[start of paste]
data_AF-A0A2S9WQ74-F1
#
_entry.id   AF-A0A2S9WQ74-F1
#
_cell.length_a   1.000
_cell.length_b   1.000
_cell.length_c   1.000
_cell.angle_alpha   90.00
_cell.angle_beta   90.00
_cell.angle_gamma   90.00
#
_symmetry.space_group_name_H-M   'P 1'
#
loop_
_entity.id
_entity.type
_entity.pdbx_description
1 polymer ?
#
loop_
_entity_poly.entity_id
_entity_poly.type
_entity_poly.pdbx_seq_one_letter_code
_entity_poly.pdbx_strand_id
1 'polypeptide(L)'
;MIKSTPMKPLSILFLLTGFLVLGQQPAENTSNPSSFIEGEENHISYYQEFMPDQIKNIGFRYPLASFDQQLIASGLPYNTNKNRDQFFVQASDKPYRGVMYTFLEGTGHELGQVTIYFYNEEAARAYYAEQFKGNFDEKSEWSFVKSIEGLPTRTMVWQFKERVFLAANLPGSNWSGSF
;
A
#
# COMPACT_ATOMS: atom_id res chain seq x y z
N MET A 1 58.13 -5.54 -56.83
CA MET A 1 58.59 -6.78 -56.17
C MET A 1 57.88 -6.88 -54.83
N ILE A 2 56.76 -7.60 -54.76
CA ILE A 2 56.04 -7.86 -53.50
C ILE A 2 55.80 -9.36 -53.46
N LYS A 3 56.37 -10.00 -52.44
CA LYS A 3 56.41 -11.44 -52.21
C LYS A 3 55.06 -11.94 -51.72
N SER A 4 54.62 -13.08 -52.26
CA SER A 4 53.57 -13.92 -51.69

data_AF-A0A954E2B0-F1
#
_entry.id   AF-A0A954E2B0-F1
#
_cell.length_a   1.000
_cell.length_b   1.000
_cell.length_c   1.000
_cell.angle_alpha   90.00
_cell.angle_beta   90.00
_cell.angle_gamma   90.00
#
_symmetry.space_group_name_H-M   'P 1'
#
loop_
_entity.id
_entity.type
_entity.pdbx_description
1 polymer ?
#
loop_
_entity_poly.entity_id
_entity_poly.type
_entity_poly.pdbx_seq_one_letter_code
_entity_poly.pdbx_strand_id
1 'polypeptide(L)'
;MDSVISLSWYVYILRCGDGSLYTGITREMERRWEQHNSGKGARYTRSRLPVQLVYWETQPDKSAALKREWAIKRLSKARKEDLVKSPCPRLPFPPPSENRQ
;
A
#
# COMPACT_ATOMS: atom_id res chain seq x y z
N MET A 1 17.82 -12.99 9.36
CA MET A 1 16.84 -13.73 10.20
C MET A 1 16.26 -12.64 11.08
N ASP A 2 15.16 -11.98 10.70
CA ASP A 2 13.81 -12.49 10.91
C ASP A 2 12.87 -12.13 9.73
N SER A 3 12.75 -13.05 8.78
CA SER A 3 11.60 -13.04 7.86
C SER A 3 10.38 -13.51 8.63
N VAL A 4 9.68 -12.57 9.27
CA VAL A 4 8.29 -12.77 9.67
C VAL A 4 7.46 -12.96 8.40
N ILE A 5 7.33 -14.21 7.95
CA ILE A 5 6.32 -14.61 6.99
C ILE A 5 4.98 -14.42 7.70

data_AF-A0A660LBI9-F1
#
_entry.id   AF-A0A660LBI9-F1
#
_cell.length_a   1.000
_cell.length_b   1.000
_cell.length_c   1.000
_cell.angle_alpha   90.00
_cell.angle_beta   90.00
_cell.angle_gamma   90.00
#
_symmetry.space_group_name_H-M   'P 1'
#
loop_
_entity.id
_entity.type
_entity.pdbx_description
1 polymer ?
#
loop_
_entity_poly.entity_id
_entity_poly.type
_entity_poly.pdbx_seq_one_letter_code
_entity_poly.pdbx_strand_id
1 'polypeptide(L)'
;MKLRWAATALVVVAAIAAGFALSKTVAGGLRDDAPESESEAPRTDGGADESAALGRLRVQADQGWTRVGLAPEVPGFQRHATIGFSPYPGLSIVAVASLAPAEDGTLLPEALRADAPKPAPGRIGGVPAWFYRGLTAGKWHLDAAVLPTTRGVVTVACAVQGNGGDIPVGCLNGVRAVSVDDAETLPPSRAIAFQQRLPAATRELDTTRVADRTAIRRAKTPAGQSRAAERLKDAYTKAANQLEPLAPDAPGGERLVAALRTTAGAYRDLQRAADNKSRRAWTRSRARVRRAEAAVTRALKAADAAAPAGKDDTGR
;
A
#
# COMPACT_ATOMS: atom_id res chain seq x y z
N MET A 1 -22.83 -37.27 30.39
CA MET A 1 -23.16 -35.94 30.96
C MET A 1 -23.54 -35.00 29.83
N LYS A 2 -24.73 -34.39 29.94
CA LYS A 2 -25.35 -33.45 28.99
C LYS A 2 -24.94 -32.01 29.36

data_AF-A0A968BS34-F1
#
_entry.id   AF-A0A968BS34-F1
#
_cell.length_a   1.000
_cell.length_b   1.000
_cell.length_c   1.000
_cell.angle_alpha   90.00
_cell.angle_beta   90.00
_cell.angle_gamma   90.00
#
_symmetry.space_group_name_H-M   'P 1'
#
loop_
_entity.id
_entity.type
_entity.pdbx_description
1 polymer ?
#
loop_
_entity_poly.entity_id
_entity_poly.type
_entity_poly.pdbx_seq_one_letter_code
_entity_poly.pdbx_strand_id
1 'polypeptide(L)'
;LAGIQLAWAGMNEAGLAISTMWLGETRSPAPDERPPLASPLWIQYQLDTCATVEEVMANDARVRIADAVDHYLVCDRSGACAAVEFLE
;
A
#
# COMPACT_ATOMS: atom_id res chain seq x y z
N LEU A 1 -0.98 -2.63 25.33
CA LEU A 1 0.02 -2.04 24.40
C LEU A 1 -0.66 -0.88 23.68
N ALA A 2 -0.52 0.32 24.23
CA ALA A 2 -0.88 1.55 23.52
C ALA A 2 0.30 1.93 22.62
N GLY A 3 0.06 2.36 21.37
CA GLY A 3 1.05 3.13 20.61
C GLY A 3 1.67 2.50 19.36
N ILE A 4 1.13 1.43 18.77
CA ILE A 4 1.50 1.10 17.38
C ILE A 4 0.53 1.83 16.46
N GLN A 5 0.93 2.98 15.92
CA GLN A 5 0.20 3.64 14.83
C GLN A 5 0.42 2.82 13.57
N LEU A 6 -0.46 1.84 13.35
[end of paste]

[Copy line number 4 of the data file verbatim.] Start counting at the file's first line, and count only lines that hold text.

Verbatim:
#